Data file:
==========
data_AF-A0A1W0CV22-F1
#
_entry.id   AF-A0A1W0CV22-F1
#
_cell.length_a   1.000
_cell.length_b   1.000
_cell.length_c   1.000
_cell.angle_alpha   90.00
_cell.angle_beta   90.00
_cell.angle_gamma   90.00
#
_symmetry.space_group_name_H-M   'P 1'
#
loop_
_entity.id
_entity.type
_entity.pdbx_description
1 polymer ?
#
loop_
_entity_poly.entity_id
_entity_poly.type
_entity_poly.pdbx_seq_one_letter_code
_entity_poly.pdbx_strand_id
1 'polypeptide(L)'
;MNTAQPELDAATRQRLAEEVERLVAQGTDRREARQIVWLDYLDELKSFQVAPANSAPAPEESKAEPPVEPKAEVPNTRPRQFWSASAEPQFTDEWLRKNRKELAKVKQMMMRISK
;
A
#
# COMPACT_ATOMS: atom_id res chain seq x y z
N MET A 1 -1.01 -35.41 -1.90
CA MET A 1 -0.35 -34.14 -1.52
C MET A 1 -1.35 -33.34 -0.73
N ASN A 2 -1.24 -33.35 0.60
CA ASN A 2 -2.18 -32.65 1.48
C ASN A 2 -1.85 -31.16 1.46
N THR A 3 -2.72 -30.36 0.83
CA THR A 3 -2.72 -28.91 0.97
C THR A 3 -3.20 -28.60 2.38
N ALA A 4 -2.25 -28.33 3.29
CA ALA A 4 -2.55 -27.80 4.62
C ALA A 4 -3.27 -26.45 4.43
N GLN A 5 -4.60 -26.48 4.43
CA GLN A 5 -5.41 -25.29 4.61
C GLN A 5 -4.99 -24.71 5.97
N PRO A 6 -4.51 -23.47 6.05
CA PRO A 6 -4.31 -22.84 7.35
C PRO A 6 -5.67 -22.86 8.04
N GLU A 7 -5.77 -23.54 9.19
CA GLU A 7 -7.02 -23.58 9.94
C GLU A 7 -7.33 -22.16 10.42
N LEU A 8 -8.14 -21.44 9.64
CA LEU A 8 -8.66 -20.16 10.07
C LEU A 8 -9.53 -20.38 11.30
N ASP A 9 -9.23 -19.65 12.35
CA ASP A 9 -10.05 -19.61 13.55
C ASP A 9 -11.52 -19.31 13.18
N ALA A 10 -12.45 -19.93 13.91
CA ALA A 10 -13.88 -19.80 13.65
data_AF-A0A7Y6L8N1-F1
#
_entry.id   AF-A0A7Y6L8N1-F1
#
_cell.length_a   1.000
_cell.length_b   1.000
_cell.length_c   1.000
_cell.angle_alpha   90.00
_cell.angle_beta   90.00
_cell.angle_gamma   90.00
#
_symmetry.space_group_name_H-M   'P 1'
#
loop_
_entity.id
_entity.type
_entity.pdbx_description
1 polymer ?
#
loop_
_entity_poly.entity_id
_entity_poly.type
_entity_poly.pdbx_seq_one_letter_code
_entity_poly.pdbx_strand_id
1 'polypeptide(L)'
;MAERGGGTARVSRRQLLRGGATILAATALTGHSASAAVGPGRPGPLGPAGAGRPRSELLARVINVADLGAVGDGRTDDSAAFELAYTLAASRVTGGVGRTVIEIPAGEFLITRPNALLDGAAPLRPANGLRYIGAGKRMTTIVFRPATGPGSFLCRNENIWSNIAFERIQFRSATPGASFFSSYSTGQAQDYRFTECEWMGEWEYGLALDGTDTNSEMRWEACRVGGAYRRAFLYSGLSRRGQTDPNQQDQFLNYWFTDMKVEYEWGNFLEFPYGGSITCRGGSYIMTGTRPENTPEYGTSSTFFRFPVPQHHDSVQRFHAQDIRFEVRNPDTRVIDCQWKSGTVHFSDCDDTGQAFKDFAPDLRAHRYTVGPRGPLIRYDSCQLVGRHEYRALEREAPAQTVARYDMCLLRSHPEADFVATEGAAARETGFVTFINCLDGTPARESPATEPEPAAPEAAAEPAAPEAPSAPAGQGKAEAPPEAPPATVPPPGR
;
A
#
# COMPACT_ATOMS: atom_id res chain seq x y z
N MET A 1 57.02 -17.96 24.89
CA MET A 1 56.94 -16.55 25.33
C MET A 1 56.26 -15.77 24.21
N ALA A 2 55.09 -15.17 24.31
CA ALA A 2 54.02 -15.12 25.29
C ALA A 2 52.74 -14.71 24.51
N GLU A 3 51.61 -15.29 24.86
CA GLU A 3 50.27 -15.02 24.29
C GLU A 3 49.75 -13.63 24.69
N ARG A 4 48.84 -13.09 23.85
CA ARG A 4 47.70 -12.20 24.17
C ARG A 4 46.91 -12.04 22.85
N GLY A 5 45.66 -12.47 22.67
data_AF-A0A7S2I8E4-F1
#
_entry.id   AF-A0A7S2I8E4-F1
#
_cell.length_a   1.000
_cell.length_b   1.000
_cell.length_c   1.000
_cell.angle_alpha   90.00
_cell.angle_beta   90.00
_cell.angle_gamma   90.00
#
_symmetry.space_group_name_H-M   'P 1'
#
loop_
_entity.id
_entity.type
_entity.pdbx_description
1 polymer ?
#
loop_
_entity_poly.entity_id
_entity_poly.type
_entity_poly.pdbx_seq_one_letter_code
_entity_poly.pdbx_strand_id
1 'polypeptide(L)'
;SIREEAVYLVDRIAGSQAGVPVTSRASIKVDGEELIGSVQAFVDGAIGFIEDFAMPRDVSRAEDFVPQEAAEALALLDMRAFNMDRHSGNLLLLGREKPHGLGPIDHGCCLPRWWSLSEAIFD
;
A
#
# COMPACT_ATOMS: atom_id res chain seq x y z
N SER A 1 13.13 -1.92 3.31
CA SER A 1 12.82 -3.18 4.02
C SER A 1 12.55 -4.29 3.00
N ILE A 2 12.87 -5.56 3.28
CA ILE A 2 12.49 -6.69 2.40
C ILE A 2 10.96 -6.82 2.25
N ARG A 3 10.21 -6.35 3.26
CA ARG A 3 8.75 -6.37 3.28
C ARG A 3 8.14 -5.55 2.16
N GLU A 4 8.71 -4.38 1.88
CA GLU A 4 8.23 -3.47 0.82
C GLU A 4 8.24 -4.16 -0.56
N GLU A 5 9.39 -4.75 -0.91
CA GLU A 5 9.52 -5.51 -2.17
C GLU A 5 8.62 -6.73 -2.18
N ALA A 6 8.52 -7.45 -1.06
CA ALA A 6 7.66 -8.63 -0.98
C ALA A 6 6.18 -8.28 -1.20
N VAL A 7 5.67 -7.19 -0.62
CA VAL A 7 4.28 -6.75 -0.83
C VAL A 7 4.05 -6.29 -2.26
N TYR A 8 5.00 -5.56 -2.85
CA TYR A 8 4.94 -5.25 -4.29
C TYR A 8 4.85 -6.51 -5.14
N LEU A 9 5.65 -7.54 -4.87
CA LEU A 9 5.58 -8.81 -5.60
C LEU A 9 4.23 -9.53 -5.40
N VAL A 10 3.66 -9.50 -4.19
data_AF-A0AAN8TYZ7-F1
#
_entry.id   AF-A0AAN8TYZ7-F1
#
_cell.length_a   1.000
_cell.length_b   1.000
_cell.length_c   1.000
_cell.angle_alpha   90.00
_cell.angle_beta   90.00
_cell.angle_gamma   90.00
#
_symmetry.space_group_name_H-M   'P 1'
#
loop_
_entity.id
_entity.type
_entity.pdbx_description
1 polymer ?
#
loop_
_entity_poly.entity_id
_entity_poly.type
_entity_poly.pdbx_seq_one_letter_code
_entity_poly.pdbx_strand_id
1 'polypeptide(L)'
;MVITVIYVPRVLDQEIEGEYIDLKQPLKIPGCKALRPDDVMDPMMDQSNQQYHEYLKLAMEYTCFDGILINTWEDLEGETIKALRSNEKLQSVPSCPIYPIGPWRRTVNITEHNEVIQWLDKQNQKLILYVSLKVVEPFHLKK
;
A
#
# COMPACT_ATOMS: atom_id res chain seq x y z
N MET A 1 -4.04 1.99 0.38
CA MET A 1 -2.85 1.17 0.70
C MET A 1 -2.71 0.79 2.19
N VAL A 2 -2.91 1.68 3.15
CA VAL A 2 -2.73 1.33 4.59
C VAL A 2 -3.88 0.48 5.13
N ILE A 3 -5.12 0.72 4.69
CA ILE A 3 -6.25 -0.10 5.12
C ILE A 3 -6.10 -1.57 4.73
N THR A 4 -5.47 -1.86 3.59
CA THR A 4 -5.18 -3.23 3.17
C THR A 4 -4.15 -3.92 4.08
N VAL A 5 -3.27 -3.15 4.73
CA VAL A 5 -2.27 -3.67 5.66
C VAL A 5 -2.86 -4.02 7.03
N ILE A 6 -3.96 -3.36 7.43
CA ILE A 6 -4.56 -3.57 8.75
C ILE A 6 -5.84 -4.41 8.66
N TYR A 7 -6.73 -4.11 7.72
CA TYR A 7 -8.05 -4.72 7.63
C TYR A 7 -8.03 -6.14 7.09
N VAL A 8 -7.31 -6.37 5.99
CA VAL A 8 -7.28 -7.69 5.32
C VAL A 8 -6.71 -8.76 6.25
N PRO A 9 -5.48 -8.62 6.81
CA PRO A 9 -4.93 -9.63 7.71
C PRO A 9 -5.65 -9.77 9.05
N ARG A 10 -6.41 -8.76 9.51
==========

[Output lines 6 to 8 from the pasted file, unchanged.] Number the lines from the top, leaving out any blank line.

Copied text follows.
_cell.length_b   1.000
_cell.length_c   1.000
_cell.angle_alpha   90.00